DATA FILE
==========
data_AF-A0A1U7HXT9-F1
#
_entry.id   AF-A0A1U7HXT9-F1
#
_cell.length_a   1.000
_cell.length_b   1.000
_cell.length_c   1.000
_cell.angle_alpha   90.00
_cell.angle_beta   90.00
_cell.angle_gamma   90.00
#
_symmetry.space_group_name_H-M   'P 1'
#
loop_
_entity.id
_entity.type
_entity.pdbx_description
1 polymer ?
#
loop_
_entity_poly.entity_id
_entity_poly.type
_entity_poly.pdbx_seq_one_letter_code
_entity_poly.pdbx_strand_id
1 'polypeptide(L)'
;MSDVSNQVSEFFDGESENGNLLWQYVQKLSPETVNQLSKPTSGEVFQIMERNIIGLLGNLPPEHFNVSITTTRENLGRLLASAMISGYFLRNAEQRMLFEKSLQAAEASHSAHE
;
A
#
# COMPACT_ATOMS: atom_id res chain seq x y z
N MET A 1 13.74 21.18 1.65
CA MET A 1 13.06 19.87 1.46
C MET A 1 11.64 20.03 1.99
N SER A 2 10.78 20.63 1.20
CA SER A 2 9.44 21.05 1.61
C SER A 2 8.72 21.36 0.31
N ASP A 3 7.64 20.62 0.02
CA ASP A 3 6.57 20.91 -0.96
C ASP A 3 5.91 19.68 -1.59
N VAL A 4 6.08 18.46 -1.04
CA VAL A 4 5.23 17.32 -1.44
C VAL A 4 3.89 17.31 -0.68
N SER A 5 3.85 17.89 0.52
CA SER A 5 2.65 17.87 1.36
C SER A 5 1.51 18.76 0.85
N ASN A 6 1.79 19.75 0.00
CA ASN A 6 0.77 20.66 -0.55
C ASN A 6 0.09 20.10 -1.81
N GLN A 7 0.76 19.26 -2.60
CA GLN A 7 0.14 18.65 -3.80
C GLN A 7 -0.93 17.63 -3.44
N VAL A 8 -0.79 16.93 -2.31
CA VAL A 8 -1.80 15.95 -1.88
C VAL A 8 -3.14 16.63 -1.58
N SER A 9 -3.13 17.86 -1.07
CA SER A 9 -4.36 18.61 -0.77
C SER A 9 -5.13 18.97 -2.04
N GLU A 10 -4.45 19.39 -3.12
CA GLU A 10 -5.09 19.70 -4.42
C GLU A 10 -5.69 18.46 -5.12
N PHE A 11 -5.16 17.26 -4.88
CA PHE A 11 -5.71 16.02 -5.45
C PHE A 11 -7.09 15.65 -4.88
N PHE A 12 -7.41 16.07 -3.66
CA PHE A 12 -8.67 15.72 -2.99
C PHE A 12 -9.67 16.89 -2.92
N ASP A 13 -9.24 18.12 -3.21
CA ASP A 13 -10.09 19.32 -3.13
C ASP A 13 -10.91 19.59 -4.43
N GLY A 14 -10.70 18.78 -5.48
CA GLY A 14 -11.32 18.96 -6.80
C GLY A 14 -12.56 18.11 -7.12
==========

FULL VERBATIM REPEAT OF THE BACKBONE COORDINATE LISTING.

data_AF-A0A1U7HXT9-F1
#
_entry.id   AF-A0A1U7HXT9-F1
#
_cell.length_a   1.000
_cell.length_b   1.000
_cell.length_c   1.000
_cell.angle_alpha   90.00
_cell.angle_beta   90.00
_cell.angle_gamma   90.00
#
_symmetry.space_group_name_H-M   'P 1'
#
loop_
_entity.id
_entity.type
_entity.pdbx_description
1 polymer ?
#
loop_
_entity_poly.entity_id
_entity_poly.type
_entity_poly.pdbx_seq_one_letter_code
_entity_poly.pdbx_strand_id
1 'polypeptide(L)'
;MSDVSNQVSEFFDGESENGNLLWQYVQKLSPETVNQLSKPTSGEVFQIMERNIIGLLGNLPPEHFNVSITTTRENLGRLLASAMISGYFLRNAEQRMLFEKSLQAAEASHSAHE
;
A
#
# COMPACT_ATOMS: atom_id res chain seq x y z
N MET A 1 13.74 21.18 1.65
CA MET A 1 13.06 19.87 1.46
C MET A 1 11.64 20.03 1.99
N SER A 2 10.78 20.63 1.20
CA SER A 2 9.44 21.05 1.61
C SER A 2 8.72 21.36 0.31
N ASP A 3 7.64 20.62 0.02
CA ASP A 3 6.57 20.91 -0.96
C ASP A 3 5.91 19.68 -1.59
N VAL A 4 6.08 18.46 -1.04
CA VAL A 4 5.23 17.32 -1.44
C VAL A 4 3.89 17.31 -0.68
N SER A 5 3.85 17.89 0.52
CA SER A 5 2.65 17.87 1.36
C SER A 5 1.51 18.76 0.85
N ASN A 6 1.79 19.75 0.00
CA ASN A 6 0.77 20.66 -0.55
C ASN A 6 0.09 20.10 -1.81
N GLN A 7 0.76 19.26 -2.60
CA GLN A 7 0.14 18.65 -3.80
C GLN A 7 -0.93 17.63 -3.44
N VAL A 8 -0.79 16.93 -2.31
CA VAL A 8 -1.80 15.95 -1.88
C VAL A 8 -3.14 16.63 -1.58
N SER A 9 -3.13 17.86 -1.07
CA SER A 9 -4.36 18.61 -0.77
C SER A 9 -5.13 18.97 -2.04
N GLU A 10 -4.45 19.39 -3.12
CA GLU A 10 -5.09 19.70 -4.42
C GLU A 10 -5.69 18.46 -5.12
N PHE A 11 -5.16 17.26 -4.88
CA PHE A 11 -5.71 16.02 -5.45
C PHE A 11 -7.09 15.65 -4.88
N PHE A 12 -7.41 16.07 -3.66
CA PHE A 12 -8.67 15.72 -2.99
C PHE A 12 -9.67 16.89 -2.92
N ASP A 13 -9.24 18.12 -3.21
CA ASP A 13 -10.09 19.32 -3.13
C ASP A 13 -10.91 19.59 -4.43
N GLY A 14 -10.70 18.78 -5.48
CA GLY A 14 -11.32 18.96 -6.80
C GLY A 14 -12.56 18.11 -7.12